On October 18, Ryanair (UK Code: RYA) bowed to the inevitable and admitted that the weakness of sterling would hurt profits this year.
The airline cut its profit guidance by 5% to between €1.30bn (£1.16bn, $1.42bn) and €1.35bn in the year to March 2017.
This announcement follows an 18% drop in sterling against the euro since 23 June (see Chart 1), and a similar profit warning less than two weeks earlier from chief competitor easyJet (code: EZJ), which warned of a £90m hit to profits from the fall in the British currency.
Why should a fall in the value of sterling have such a negative effect on these airlines? Because the pound now buys a lot fewer euros, we are all thinking twice about our tourist forays abroad in Europe, where these two budget carriers make their money.
Let's not exaggerate, Ryanair is still very impressive
Despite this recent disappointment, let's not forget that Ryanair has still seen profits boom since 2014, on the back of a stellar record of growth in sales. Over this period, Ryanair has overtaken all Europe's flag-carrying airlines to become the biggest air passenger carrier by far in Europe, now carrying more than100 million passengers annually (see Chart 2).
At the company's guided €1.30-€1.35bn for the year ending March 2017, Ryanair's net profits will still be way ahead of every previous year bar 2016 (see Chart 2).
But let's face it, people will still go on holiday in 2017
While the currency is certainly off-putting for those of us thinking about arranging our holidays for next year, I honestly don't think that it will stop us going abroad. For one thing, holidaying in the UK isn't exactly cheap either, and the weather is certainly anything but guaranteed to be good.
But it does present a challenge to all airlines and tour operators right now, with the risk that a further fall in the pound could trigger further profit warnings in the next few months.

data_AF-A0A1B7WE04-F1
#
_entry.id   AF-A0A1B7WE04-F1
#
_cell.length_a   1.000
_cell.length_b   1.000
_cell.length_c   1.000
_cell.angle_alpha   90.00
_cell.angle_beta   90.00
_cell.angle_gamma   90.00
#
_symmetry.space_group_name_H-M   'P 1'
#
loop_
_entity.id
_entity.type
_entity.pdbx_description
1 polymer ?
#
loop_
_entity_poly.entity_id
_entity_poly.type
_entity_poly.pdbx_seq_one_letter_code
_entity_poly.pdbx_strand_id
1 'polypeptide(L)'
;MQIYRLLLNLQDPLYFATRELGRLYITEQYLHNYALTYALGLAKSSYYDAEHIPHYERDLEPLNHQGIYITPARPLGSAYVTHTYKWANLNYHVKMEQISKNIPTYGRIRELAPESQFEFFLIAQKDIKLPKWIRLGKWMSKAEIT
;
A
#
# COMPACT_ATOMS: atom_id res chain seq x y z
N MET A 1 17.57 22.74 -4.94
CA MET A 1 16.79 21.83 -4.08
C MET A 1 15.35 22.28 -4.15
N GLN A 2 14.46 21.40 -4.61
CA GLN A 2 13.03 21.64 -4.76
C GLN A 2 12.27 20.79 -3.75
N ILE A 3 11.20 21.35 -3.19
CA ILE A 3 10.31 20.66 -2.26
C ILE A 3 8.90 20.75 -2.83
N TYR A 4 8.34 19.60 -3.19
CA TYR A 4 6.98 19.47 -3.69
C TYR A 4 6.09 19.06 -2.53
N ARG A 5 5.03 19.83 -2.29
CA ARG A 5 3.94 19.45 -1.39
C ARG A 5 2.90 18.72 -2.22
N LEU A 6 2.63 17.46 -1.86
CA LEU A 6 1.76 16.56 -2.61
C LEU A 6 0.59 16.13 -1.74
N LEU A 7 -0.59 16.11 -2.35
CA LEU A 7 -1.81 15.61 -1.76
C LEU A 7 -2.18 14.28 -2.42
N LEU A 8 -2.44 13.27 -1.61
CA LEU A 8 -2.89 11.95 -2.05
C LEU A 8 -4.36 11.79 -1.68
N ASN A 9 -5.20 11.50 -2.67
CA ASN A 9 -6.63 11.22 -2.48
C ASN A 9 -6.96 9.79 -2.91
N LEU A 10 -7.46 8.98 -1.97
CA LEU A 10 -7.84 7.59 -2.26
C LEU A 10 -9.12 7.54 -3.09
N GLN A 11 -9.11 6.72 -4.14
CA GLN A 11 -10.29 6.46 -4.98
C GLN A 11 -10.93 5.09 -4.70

According to the Office for National Statistics, we made 67.8 million visits abroad in the 12 months to July 2016, a rise of 7% on a year earlier. And we spent a massive £40.8bn on these visits, a rise of 9% on the previous year.
So while we might tighten our holiday budgets and seek out cheaper destinations, we will still mostly fly abroad for our holidays. So, I don't think that this presents a huge ongoing problem for the budget airlines, but rather more of a temporary setback.
Also don't forget that there should be an offset from more foreign tourists wanting to take advantage of the cheaper pound to come to visit the UK. The past couple of years has seen a steady increase in the number of overseas visitors to the UK to more than three million per month (see Chart 4), and this could increase markedly in the months ahead.
Brexit could have a much larger effect in the medium-term on flag-carrying airlines such as International Consolidated Airlines Group (UK code: IAG), the parent company for British Airways, Iberia and Aer Lingus. Flag carriers depend much more on business travel for their profits, and so if big businesses relocate out of the UK on the back of Brexit, this would be a more permanent dent in their business.
Should we buy Ryanair and eayJet today?
Both Ryanair and easyJet present cheap value shares today, post-profit warnings and share price falls. But is it sensible to buy their shares? I personally would wait a little, to see how the pound moves in the short term, as any further fall in the pound could trigger a further fall in airline profits.
Instead, think of those exporting companies that can benefit from a cheaper pound to sell more UK-produced goods abroad such as British Aerospace (code BA) in aerospace and defence, Diageo (code DGE) in wine and spirits and Burberry (BRBY) in luxury goods.